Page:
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Grey Cross Studios
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Tuesday, July 16, 2019

The Artist and the Hidden Enigma

People like minutia. They like tiny details that they are not sure others catch. The more simplistic something is the easier it can be forgotten. Detail is something that make some movies and video games so successful. Its not just great effects but great attention to details and settings. The minutia.
People like secrets. They like the tiny details that make up a fantasy in their head. They like the hidden messages that they need to figure out. The solution is never quite as important as the quest to find it.

Take books. Stephen King comes to mind. He is constantly hiding details or linking one totally unrelated to story to another that many readers miss, but many catch on to. It is this attention to the tiniest details and the links that connect us all together that forms part of his success.

Lets move it back to the art world. The Mona Lisa. One of the reasons for her popularity through the ages isn't just the quality of the painting. Its the enigmatic personality of the lady. Da Vinci knew this and turned it into the most successful piece of minutia ever created. You stand before her and once you get past the painstaking details of the painting and the brushstrokes, the mind settles on the enigma. What is she smiling about? Whats going through her mind? There is so much there. We are left creating the story in our minds. But Da Vinci did one other thing. He was known for hiding things in his works. It matters not whether there is anything hidden in the Mona Lisa. What matters is that there might be. 

The great masters knew how to create details in their brushstrokes that surpassed a mere painting. This was one of the things that made them masters.

How do we as artists make this work for us? Its not a formula, its a way of thinking when you are creating something.

Your painting a forest scene. Its beautiful, the brushstrokes are perfection, the colors are stunning. But is it more? Does the viewer stop and wonder whats behind that tree to the left? Does he/she catch a shadow that looks like something emerging? Does the viewers mind shiver at the darkness in the distance? Or is their heart uplifted by a shaft of light coming from above? This is a skill just like how you paint your brush strokes. Its also something that permeates all your work, not just one or two paintings.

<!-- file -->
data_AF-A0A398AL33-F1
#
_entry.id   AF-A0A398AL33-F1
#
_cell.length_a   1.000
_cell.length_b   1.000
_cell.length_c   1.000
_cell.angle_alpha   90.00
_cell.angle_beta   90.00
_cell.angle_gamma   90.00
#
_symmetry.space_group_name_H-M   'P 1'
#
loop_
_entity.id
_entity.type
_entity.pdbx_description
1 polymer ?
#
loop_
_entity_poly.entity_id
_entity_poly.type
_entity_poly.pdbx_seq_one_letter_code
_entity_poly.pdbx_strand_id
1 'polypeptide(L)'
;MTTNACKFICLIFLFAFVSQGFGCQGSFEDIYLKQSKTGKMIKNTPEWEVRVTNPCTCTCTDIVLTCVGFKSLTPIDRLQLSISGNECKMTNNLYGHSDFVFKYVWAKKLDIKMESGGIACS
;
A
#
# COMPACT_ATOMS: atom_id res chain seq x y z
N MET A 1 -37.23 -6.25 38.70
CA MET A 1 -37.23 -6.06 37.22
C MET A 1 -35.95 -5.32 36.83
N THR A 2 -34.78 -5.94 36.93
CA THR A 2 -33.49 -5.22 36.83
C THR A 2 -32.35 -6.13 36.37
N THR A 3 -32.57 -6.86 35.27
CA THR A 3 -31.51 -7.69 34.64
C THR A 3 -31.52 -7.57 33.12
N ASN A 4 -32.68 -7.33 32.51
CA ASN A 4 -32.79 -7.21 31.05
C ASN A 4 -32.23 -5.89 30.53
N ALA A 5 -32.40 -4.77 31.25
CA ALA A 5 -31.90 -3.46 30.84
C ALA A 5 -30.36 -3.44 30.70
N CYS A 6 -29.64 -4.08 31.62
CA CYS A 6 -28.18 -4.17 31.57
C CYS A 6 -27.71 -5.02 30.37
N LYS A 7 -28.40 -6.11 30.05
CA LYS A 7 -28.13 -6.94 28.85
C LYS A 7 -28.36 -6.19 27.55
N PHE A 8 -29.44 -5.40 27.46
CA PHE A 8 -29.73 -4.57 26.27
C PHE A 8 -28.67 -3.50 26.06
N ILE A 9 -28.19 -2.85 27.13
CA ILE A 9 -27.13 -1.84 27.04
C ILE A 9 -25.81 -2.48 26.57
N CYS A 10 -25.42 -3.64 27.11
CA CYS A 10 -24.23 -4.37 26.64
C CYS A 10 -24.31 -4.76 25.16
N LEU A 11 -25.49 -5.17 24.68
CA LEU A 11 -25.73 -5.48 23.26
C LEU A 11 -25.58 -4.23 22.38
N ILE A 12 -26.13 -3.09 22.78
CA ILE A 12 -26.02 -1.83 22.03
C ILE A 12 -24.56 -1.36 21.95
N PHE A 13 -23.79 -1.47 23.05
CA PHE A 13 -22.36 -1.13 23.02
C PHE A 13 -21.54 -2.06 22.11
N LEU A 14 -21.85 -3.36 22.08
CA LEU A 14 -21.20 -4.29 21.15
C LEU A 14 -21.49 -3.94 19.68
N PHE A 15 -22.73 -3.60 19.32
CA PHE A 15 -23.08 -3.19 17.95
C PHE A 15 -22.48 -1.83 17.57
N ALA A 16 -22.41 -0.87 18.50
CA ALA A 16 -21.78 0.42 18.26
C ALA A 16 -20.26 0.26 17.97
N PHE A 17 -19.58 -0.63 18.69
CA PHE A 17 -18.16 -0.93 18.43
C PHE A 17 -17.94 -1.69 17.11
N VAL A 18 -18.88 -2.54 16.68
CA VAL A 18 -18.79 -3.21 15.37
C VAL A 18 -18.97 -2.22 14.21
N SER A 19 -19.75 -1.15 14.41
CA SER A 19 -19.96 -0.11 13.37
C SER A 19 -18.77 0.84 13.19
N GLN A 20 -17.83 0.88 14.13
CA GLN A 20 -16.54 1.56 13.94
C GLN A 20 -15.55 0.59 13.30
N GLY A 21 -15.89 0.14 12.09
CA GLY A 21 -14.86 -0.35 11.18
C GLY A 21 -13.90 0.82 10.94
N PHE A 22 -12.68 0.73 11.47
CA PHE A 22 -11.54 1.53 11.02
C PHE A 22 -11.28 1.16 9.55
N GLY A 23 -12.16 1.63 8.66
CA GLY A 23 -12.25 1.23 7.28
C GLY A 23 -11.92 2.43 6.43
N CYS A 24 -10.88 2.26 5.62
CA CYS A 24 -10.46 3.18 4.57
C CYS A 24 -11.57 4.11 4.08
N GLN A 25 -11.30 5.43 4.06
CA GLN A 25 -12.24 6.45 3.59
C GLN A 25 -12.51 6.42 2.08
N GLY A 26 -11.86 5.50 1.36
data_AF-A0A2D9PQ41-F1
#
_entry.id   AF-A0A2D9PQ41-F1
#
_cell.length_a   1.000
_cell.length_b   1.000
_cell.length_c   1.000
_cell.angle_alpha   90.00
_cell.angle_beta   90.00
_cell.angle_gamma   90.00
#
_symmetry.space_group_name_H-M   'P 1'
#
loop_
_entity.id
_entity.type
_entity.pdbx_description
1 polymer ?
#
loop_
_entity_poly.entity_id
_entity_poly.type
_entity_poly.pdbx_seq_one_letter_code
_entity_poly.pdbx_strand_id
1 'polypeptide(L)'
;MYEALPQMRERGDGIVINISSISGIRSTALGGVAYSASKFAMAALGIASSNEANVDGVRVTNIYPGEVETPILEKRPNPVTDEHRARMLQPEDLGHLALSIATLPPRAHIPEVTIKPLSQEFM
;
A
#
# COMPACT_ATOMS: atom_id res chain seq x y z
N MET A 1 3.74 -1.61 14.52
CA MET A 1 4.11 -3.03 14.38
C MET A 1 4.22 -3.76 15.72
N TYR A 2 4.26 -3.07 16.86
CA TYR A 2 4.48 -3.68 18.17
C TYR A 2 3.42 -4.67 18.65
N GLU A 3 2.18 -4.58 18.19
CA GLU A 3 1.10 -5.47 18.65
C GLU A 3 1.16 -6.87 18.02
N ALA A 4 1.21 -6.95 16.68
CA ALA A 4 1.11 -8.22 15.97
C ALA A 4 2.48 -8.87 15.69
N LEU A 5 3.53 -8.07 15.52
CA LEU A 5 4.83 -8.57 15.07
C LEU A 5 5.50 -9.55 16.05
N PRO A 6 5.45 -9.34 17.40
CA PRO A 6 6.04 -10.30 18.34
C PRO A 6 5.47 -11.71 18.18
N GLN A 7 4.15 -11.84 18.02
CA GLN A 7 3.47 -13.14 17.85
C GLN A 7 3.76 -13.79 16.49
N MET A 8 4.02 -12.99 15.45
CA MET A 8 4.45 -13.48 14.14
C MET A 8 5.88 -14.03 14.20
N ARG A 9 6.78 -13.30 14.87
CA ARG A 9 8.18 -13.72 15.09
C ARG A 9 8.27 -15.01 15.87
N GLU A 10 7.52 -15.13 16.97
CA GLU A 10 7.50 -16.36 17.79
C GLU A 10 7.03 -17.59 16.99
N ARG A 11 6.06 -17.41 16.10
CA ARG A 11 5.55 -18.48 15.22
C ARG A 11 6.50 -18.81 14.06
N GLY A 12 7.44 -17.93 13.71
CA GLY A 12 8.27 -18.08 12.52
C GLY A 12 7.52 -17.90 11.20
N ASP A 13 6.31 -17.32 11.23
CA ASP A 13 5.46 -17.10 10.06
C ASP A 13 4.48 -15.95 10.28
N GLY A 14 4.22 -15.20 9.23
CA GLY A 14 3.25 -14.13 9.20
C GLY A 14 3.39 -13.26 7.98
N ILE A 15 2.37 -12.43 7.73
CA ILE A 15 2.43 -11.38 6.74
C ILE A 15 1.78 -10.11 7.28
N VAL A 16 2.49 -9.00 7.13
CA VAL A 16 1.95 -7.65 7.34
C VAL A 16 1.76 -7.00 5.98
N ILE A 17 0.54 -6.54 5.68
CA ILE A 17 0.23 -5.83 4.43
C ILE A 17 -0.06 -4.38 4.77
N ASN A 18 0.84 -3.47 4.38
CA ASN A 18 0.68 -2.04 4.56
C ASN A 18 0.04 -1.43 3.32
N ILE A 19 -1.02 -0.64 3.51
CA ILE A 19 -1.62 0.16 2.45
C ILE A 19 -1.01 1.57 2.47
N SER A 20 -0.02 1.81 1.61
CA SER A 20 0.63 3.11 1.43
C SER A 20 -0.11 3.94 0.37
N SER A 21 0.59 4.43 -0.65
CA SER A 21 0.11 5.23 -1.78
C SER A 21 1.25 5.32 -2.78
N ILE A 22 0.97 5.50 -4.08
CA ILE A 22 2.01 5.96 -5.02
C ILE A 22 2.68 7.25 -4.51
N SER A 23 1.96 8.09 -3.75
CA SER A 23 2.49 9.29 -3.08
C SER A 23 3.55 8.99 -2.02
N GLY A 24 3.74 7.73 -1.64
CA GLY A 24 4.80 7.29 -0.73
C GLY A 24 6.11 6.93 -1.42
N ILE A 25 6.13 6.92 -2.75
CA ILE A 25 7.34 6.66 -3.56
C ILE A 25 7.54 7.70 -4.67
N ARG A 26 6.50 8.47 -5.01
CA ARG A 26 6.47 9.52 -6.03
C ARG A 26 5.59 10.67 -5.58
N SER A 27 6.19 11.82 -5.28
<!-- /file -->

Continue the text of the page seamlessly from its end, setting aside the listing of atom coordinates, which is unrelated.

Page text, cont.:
Okay, so you don't paint forest scenes. Your a gothic artist that creates skull paintings. What is the message? Why is that skull staring out at you? What makes the viewer want to know who the skull originally was? How did they die? What is the message? If its just a skull then there is no message and the viewer might think it looks fine, but its doubtful they will remember it from a thousand other paintings of skulls they've seen.

As a sculptor, I am blessed to be able to pile on the "subtle", and sometimes not so subtle details. Sometimes people miss my messages. Its almost like I create them for only certain people to get. But let me tell you that as I mature in my art career I find myself filling everything I create with messages. There is almost always a message. I admit its hard for me to just let go an create merely an abstraction. I can't do it. I find myself thinking "well its pretty but a two year old could make it. Where's the hidden message?" It "feels" too easy. I don't mean from a skill level, but from a message standpoint. To disregard the message is to throw out half of what I do as an artist.

I want people to take a second look at what I create. I want people to puzzle over it. I want people to seek the deeper details. And in the end this is what I am trying to say with this post. Don't be afraid to express a deeper level interaction with your viewer. Don't be afraid that when they see it the first time they won't grasp it.

If you create, make people look twice. Whether its a strange shadow, an odd smile, or a cypher painted in clear view, you are making people look twice. Minutia. Its all about minutia. 


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